However, the coalition of civil society organisations and interest groups insisted that the Bill should be reconsidered.

“Ghana is a secular and multi-religious country with more than 50 ethnic groupings and diverse cultural customs and beliefs. Any attempt to impose a uniform cultural value system for Ghana destroys the exquisite cultural mix that distinguishes us as a nation.” Professor Gadzekpo proposed.

She said, “It is for this reason that the constitution abolishes all practices and laws detrimental to people’s health and well-being, even in the name of culture and tradition.”


The coalition argued that the Bill would limit journalists’ capacity to speak freely. In its present version, the Bill stipulates that “any person who uses the media to broadcast and slash or advocate on the LGBTQ+ topic faces a prison sentence of up to three years.”

According to the organisation, “this places a heavy restriction on journalists, bloggers, influencers and various social media users who produce or publish content, especially those who work in the field of human rights.”


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Audrey Gadzekpo argues that an anti-gay bill is harmful to society

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In a conversation with Umaru Sanda Amadu on Citi FM's Eyewitness News, Prof Gadzekpo emphasised the critical significance of protecting rights and freedoms in a constitutional democracy. When asked if she thought the law was unwholesome, she responded, "Absolutely and without any doubt in my opinion," adding, "I don't even think they had a quorum. I saw an empty room on TV."

Professor Audrey Gadzekpo, Board Chair of the Centre for Democratic Development (CDD-Ghana), described the Anti-Gay Bill as damaging to social well-being.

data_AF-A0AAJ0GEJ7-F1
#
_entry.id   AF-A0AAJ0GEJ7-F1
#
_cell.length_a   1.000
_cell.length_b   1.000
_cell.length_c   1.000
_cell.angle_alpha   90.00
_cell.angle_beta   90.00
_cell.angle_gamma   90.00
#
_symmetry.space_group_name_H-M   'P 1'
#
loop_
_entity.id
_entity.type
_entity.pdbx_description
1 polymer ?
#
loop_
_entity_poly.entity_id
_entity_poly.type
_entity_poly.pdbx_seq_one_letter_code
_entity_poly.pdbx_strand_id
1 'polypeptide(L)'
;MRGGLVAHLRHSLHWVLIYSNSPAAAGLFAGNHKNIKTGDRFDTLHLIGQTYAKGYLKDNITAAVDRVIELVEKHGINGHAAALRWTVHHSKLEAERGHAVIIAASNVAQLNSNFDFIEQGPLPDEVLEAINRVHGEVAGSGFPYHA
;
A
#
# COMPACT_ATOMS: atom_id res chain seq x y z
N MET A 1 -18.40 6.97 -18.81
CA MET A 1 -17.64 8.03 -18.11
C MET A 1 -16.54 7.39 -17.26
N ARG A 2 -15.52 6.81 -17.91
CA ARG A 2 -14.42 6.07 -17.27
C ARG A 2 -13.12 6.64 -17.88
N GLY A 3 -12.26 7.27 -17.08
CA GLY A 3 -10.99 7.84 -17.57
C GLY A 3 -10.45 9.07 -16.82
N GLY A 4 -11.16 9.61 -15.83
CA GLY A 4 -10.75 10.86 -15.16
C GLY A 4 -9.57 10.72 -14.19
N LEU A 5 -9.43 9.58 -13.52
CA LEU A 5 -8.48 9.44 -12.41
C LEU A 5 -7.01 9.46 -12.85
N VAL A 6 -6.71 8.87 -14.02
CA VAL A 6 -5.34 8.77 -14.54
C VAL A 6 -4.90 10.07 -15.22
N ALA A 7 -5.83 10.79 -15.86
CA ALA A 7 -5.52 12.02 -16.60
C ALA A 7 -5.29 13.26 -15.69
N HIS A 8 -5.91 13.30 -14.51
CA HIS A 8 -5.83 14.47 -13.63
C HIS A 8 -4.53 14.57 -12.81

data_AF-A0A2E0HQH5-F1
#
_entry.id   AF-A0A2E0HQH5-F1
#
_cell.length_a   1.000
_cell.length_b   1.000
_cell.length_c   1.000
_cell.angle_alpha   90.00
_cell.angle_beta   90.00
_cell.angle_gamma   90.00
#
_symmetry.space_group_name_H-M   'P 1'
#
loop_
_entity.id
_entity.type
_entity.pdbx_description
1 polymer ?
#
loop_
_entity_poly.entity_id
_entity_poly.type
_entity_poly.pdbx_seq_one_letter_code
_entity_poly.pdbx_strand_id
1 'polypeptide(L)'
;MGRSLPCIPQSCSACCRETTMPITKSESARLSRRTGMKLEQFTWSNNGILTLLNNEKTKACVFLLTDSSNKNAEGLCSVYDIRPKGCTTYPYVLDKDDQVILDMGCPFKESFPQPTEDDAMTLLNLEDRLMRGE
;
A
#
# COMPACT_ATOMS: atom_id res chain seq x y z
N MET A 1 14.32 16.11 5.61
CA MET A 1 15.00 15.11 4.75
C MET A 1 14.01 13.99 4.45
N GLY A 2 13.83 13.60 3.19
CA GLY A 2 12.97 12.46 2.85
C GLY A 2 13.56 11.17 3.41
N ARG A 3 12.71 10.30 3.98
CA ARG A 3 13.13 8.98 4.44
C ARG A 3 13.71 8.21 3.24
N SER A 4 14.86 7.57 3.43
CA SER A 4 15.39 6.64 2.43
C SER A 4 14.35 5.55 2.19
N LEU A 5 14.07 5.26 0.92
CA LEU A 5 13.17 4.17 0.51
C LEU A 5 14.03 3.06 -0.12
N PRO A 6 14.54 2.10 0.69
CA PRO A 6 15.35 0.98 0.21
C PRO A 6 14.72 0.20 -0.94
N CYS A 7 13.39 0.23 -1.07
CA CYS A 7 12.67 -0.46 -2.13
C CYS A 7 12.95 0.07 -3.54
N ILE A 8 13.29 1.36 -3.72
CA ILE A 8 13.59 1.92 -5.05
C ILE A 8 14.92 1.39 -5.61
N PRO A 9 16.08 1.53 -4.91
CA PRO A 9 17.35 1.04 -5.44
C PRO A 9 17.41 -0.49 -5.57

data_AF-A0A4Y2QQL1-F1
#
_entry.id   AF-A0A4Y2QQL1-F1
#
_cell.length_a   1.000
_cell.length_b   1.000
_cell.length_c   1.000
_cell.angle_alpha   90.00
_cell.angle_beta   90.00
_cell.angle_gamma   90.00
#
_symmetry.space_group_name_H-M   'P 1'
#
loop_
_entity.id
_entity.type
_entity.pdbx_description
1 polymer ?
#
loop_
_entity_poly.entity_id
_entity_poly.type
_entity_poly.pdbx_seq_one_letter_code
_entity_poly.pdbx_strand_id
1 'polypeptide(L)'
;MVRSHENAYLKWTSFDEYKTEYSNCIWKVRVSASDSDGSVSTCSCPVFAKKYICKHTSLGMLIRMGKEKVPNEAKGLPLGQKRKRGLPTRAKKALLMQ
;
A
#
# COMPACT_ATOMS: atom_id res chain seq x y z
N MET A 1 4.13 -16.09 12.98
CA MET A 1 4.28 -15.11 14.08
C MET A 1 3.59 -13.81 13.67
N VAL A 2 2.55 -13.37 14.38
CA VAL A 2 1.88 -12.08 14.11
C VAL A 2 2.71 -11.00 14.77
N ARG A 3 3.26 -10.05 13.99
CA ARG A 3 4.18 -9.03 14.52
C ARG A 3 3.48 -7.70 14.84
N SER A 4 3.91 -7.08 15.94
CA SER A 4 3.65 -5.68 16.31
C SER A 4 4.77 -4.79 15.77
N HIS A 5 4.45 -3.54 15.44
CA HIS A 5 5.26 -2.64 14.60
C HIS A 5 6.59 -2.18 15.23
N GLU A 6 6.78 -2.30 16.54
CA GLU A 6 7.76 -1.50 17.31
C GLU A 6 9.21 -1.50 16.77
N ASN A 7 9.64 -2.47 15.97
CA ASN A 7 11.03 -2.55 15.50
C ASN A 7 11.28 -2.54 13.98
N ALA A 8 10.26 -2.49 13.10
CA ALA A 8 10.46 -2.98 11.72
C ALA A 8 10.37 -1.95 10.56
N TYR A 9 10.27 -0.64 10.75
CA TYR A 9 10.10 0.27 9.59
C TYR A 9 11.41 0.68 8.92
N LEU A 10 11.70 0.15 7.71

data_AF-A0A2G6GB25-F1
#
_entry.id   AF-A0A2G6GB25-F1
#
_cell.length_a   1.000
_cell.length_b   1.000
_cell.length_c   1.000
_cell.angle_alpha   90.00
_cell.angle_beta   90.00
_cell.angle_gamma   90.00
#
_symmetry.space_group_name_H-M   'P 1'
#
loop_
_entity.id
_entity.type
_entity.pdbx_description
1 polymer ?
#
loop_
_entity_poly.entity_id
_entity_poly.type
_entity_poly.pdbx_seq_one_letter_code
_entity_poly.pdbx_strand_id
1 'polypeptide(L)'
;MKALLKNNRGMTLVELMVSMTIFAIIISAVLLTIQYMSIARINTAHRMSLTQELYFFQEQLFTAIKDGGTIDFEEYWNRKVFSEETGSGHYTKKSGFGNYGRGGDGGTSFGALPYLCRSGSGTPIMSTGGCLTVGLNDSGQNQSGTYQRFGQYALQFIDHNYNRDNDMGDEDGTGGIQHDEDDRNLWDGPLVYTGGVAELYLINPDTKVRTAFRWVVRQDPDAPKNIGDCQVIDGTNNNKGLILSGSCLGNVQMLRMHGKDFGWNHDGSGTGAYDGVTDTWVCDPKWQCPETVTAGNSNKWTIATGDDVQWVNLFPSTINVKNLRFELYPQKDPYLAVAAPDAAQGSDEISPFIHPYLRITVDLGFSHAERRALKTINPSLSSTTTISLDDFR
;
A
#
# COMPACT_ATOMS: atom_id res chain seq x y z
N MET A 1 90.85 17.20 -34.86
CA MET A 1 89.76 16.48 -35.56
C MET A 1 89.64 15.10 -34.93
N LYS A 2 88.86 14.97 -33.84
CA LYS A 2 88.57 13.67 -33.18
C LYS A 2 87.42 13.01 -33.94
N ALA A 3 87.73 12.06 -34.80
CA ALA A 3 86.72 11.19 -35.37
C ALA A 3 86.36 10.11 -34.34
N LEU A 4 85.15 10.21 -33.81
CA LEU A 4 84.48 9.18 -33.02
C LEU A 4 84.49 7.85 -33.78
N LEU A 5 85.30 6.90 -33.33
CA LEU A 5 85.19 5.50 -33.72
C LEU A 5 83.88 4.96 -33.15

Ghana’s parliament approved the tough law on Wednesday, February 28, which calls for a potential five-year jail sentence for forming or sponsoring LGBTQ+ groups.

The measure has received support from both main political parties and now seeks President Nana Akufo-Addo’s assent to become law.

Individuals who engage in banned actions might face a jail term ranging from 6 months to 3 years, while sponsors and promoters could face a 3 to 5-year prison sentence.

In a conversation with Umaru Sanda Amadu on Citi FM’s Eyewitness News, Prof Gadzekpo emphasised the critical significance of protecting rights and freedoms in a constitutional democracy.

When asked if she thought the law was unwholesome, she responded, “Absolutely and without any doubt in my opinion,” adding, “I don’t even think they had a quorum. I saw an empty room on TV.”

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NAGRAT advocates for reconsideration of the Free SHS policy

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According to a research by Africa Education Watch, the average government spending on Senior High School (SHS) pupils between 2017/18 and 2021/22 academic years. The survey found that the government paid GH¢1,241 per student under the Free SHS regime, whereas parents spent GH¢4,185 annually throughout the same period. This underlined the government's policy issues, as its budget credibility rating steadily fell over the 2019/20 and 2021/22 academic years. Based on this backdrop, NAGRAT is certain that a review will alleviate the burden on parents.

The National Association of Graduate Teachers (NAGRAT) has urged for a reconsideration of the policy so that parents who can afford it can pay their children’s tuition and other expenditures.

The Association feels that this will reduce part of the government’s burden.

According to research by Africa Education Watch, the average government spending on Senior High School (SHS) pupils between 2017/18 and 2021/22 academic years.

The survey found that the government paid GH¢1,241 per student under the Free SHS regime, whereas parents spent GH¢4,185 annually throughout the same period.

This underlined the government’s policy issues, as its budget credibility rating steadily fell over the 2019/20 and 2021/22 academic years.
Based on this backdrop, NAGRAT is certain that a review will alleviate the burden on parents.